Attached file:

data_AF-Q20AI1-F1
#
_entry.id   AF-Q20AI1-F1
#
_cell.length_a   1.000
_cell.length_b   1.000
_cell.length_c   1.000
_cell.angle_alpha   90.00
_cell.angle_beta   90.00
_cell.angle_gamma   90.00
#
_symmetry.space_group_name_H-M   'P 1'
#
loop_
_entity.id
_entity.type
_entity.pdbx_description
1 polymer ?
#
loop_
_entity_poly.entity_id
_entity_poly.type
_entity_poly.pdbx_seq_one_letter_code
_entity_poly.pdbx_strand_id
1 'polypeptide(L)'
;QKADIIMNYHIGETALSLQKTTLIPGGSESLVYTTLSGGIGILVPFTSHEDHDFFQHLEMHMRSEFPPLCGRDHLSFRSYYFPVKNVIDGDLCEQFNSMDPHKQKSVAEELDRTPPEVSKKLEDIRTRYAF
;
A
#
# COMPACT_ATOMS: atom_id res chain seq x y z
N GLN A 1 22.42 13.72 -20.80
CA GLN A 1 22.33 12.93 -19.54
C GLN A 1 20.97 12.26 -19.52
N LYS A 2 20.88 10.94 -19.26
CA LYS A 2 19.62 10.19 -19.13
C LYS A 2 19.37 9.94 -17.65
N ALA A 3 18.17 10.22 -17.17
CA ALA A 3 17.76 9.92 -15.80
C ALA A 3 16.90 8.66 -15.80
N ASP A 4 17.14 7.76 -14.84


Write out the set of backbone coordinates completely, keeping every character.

data_AF-Q20AI1-F1
#
_entry.id   AF-Q20AI1-F1
#
_cell.length_a   1.000
_cell.length_b   1.000
_cell.length_c   1.000
_cell.angle_alpha   90.00
_cell.angle_beta   90.00
_cell.angle_gamma   90.00
#
_symmetry.space_group_name_H-M   'P 1'
#
loop_
_entity.id
_entity.type
_entity.pdbx_description
1 polymer ?
#
loop_
_entity_poly.entity_id
_entity_poly.type
_entity_poly.pdbx_seq_one_letter_code
_entity_poly.pdbx_strand_id
1 'polypeptide(L)'
;QKADIIMNYHIGETALSLQKTTLIPGGSESLVYTTLSGGIGILVPFTSHEDHDFFQHLEMHMRSEFPPLCGRDHLSFRSYYFPVKNVIDGDLCEQFNSMDPHKQKSVAEELDRTPPEVSKKLEDIRTRYAF
;
A
#
# COMPACT_ATOMS: atom_id res chain seq x y z
N GLN A 1 22.42 13.72 -20.80
CA GLN A 1 22.33 12.93 -19.54
C GLN A 1 20.97 12.26 -19.52
N LYS A 2 20.88 10.94 -19.26
CA LYS A 2 19.62 10.19 -19.13
C LYS A 2 19.37 9.94 -17.65
N ALA A 3 18.17 10.22 -17.17
CA ALA A 3 17.76 9.92 -15.80
C ALA A 3 16.90 8.66 -15.80
N ASP A 4 17.14 7.76 -14.84